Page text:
Mentally, running makes you more awesome mainly because it teaches you that you can do hard things. Running is hard. It hurts. It can break your heart. And yet, if you get through those tough times in your running, you will be stronger mentally than before. If you go from never being active in your life to run/walking around your block, that effort made you more awesome than you were yesterday.
You don’t have to like that run. You don’t have to feel awesome every time you run. But when you start to identify yourself as a person who is active and one who strengthens her body and mind through running, it becomes something you don’t want to get too far away from. Accomplishing something physically builds self-confidence mentally.
The other part of the mental benefits of running is the mind-clearing power of running. While some would argue whether or not running is truly a form a meditation, once you are fit enough to lose yourself in a run, awesome things start to happen. You might find that you are more creative or more calm or less anxious on a good run. If you are running outside, you are literally breathing in the world around you as humans were meant to do, instead of yet another hour staring at a mind-numbing screen.
Socially, running can also transform you. Even the most introverted runner can find his tribe in the world of running, whether it’s in person or online. When I interview guests on the Run to the Top, and ask them what the greatest gift running has given them, the most common answer is the people. I never understood this when I first started running. I ran alone and couldn’t grasp the concept of meeting people through running. What was I supposed to do, rip out the headphones out of the ears of strangers running and ask them to be my new buddy? No, don’t do that.
But as I got up the courage to join a group trail run, then the group track runs, then the group pub runs, I started to finally get it. There’s a whole world of people out there that think running is as awesome as you do. They don’t care what your pace is. They don’t care if you are slower than they are. They don’t care what you look like. They just want to talk to you about running since all the non-runners in their lives are sick of them talking about running all the time!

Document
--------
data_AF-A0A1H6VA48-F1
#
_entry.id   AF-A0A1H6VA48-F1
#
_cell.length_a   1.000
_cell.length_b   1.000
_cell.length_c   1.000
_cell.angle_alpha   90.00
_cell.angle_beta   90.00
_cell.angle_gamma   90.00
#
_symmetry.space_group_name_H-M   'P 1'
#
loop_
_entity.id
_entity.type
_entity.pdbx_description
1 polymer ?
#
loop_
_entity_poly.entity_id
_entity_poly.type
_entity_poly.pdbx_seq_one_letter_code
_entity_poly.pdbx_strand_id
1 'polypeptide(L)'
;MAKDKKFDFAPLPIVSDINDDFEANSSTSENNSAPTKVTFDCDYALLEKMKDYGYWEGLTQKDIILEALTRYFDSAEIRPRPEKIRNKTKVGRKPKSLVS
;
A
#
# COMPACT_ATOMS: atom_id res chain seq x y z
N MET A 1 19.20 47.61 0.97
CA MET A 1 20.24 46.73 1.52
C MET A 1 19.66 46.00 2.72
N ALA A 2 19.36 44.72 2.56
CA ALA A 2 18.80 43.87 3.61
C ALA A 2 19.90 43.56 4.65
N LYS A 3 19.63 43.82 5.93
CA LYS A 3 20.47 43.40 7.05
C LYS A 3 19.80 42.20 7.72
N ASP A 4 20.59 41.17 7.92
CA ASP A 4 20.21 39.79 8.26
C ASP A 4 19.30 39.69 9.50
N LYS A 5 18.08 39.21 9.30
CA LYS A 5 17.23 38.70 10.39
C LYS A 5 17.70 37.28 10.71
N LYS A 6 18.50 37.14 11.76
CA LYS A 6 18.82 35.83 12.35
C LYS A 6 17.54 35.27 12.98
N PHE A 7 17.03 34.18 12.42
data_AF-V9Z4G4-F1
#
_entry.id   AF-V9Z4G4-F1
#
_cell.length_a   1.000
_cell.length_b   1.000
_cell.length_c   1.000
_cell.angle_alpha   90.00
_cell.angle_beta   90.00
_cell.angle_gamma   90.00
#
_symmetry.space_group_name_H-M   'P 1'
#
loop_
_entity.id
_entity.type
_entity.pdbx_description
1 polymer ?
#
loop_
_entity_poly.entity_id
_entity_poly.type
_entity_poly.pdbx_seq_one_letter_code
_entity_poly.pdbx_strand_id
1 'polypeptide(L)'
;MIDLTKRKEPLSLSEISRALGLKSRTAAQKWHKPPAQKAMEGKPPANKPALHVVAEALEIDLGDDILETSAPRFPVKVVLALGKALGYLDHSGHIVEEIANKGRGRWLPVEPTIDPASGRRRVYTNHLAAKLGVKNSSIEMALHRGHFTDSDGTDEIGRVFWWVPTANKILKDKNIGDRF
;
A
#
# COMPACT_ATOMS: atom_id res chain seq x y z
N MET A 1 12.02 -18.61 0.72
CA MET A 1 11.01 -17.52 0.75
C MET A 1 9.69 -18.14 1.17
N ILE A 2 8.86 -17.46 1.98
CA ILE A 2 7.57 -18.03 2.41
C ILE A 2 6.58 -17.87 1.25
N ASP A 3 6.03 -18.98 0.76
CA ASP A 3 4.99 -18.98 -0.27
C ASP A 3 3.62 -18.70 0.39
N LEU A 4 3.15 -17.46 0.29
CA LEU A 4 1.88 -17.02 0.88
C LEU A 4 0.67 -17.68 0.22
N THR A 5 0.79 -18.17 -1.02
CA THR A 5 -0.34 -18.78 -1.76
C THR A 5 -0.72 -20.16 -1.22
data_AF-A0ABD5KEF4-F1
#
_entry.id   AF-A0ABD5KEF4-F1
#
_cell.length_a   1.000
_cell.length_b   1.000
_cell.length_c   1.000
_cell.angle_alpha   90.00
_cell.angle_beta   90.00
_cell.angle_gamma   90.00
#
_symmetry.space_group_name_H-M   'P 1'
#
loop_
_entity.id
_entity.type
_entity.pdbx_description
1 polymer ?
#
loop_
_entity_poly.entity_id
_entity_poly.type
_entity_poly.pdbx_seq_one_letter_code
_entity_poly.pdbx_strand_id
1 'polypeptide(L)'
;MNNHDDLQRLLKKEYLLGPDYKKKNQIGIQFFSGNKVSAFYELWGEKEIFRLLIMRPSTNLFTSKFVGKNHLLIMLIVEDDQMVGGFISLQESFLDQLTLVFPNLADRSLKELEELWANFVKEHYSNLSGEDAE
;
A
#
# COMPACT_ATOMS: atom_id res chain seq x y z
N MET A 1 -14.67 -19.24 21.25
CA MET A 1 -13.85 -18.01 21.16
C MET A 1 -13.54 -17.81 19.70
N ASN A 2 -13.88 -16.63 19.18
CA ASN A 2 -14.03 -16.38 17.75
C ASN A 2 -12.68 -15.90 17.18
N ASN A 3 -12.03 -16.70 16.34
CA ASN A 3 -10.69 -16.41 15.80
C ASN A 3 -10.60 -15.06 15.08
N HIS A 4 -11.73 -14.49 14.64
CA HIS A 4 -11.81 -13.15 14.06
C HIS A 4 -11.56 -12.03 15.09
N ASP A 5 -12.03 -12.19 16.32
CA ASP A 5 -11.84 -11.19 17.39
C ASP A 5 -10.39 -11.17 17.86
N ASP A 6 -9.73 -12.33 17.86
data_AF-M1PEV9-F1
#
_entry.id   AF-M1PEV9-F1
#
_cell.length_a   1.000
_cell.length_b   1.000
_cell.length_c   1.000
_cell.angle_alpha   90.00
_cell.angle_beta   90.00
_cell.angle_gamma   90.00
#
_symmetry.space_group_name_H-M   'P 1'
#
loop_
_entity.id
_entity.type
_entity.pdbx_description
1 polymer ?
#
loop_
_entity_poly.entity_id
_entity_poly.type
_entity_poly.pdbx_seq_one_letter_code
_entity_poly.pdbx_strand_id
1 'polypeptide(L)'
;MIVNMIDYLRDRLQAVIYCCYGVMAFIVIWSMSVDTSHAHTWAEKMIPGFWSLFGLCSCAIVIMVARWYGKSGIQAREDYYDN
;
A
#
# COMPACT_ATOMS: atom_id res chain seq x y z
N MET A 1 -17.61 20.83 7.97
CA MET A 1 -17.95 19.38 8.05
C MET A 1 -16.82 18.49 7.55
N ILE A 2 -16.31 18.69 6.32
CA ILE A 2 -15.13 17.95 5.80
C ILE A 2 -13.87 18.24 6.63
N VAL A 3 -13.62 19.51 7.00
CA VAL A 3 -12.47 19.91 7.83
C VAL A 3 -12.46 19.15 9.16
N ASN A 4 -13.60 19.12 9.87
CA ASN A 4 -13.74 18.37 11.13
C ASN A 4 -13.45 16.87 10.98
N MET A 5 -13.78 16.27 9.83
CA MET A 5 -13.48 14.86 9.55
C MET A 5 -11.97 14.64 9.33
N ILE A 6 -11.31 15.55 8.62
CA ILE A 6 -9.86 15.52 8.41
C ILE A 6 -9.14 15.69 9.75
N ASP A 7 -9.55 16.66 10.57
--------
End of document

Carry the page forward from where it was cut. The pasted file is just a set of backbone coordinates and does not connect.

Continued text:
Your running friends will be there for you at 5am to run in the dark with you. They will listen to you talk about every detail of your workout and will understand what you felt like in that last 400 meter repeat. They will give you encouragement to sign up for that next race, celebrate with you when it goes well, and they will be there to commiserate with you if it doesn’t turn out how you hoped. In short, your running friends are awesome and they think you’re pretty awesome too.
Own Your Awesomeness
Being modest and humble about your running can certainly have their place at times, but so does owning your awesomeness. It doesn’t have to be about time, but beating a time goal you’ve worked hard for is a big deal that is, yep I’m going to say it again, awesome.
So let’s start reframing the conversation about our running and appreciating its power at every pace and distance. If your running or your beliefs about your abilities as a runner are getting you down, it’s time to shift the way you talk about it.
One thing that can help is to have both big goals and small goals. The big goals, like a race or running a specific distance, are like a north star guiding the direction of where you want to be. The small goals are the daily habits that will get you there. You don’t have to be perfect at all those small goals, but be consistent with most of those things and the big goal will fall in line.
Every Run is Awesome
Reminding yourself often that you are a better person simply because you went for a run can take away a lot of the negativity, especially if you are not interested in racing. Running a few miles a few times a week is awesome and you can be proud of that no matter who you are talking to.
If you agree with how awesome running is, and are ready to celebrate the fact that you are an awesome runner, I’d love to hear about it. Follow me, @theplantedrunner and tag me on instagram with your running post using the hashtag #awesomerunner. I’ll respond to you personally and I’ll send two winners a free supply of LMNT hydration powders as a thank you.
Because this is so awesome, I’ll say it again. Follow and tag me, the plantedrunner on instagram with the hashtag #awesomerunner and I’ll send two awesome runners some cool free stuff. Stay awesome out there!